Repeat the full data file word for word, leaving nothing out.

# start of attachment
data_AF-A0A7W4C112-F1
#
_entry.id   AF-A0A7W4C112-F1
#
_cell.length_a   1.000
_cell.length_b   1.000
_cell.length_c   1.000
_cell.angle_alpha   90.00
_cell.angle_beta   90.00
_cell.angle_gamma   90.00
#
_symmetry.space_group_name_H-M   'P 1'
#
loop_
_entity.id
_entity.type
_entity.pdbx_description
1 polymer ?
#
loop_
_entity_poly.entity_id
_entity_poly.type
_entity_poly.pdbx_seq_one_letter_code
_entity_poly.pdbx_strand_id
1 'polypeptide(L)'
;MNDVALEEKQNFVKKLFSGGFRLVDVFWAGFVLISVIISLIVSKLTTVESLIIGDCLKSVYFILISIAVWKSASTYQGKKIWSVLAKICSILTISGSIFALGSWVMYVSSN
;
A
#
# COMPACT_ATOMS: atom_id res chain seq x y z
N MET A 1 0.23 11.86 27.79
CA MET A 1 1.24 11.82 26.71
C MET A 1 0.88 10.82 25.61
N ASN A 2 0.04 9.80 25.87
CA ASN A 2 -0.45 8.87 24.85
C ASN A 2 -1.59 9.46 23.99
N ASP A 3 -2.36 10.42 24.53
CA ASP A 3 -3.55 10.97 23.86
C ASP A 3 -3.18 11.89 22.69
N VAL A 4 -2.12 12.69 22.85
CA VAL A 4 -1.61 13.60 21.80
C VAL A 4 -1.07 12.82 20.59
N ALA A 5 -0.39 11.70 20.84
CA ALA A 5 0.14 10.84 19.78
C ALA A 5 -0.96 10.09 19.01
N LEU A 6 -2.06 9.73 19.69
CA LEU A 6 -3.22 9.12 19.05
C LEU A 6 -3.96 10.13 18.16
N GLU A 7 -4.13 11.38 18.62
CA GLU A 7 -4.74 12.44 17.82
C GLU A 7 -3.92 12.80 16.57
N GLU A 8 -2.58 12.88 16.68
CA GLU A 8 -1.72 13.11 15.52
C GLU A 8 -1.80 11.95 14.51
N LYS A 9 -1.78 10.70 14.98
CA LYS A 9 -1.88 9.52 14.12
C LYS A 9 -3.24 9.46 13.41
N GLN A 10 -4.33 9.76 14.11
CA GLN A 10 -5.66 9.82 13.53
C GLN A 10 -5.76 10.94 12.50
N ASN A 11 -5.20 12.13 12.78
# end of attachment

data_AF-A0A7W4C112-F1
#
_entry.id   AF-A0A7W4C112-F1
#
_cell.length_a   1.000
_cell.length_b   1.000
_cell.length_c   1.000
_cell.angle_alpha   90.00
_cell.angle_beta   90.00
_cell.angle_gamma   90.00
#
_symmetry.space_group_name_H-M   'P 1'
#
loop_
_entity.id
_entity.type
_entity.pdbx_description
1 polymer ?
#
loop_
_entity_poly.entity_id
_entity_poly.type
_entity_poly.pdbx_seq_one_letter_code
_entity_poly.pdbx_strand_id
1 'polypeptide(L)'
;MNDVALEEKQNFVKKLFSGGFRLVDVFWAGFVLISVIISLIVSKLTTVESLIIGDCLKSVYFILISIAVWKSASTYQGKKIWSVLAKICSILTISGSIFALGSWVMYVSSN
;
A
#
# COMPACT_ATOMS: atom_id res chain seq x y z
N MET A 1 0.23 11.86 27.79
CA MET A 1 1.24 11.82 26.71
C MET A 1 0.88 10.82 25.61
N ASN A 2 0.04 9.80 25.87
CA ASN A 2 -0.45 8.87 24.85
C ASN A 2 -1.59 9.46 23.99
N ASP A 3 -2.36 10.42 24.53
CA ASP A 3 -3.55 10.97 23.86
C ASP A 3 -3.18 11.89 22.69
N VAL A 4 -2.12 12.69 22.85
CA VAL A 4 -1.61 13.60 21.80
C VAL A 4 -1.07 12.82 20.59
N ALA A 5 -0.39 11.70 20.84
CA ALA A 5 0.14 10.84 19.78
C ALA A 5 -0.96 10.09 19.01
N LEU A 6 -2.06 9.73 19.69
CA LEU A 6 -3.22 9.12 19.05
C LEU A 6 -3.96 10.13 18.16
N GLU A 7 -4.13 11.38 18.62
CA GLU A 7 -4.74 12.44 17.82
C GLU A 7 -3.92 12.80 16.57
N GLU A 8 -2.58 12.88 16.68
CA GLU A 8 -1.72 13.11 15.52
C GLU A 8 -1.80 11.95 14.51
N LYS A 9 -1.78 10.70 14.98
CA LYS A 9 -1.88 9.52 14.12
C LYS A 9 -3.24 9.46 13.41
N GLN A 10 -4.33 9.76 14.11
CA GLN A 10 -5.66 9.82 13.53
C GLN A 10 -5.76 10.94 12.50
N ASN A 11 -5.20 12.13 12.78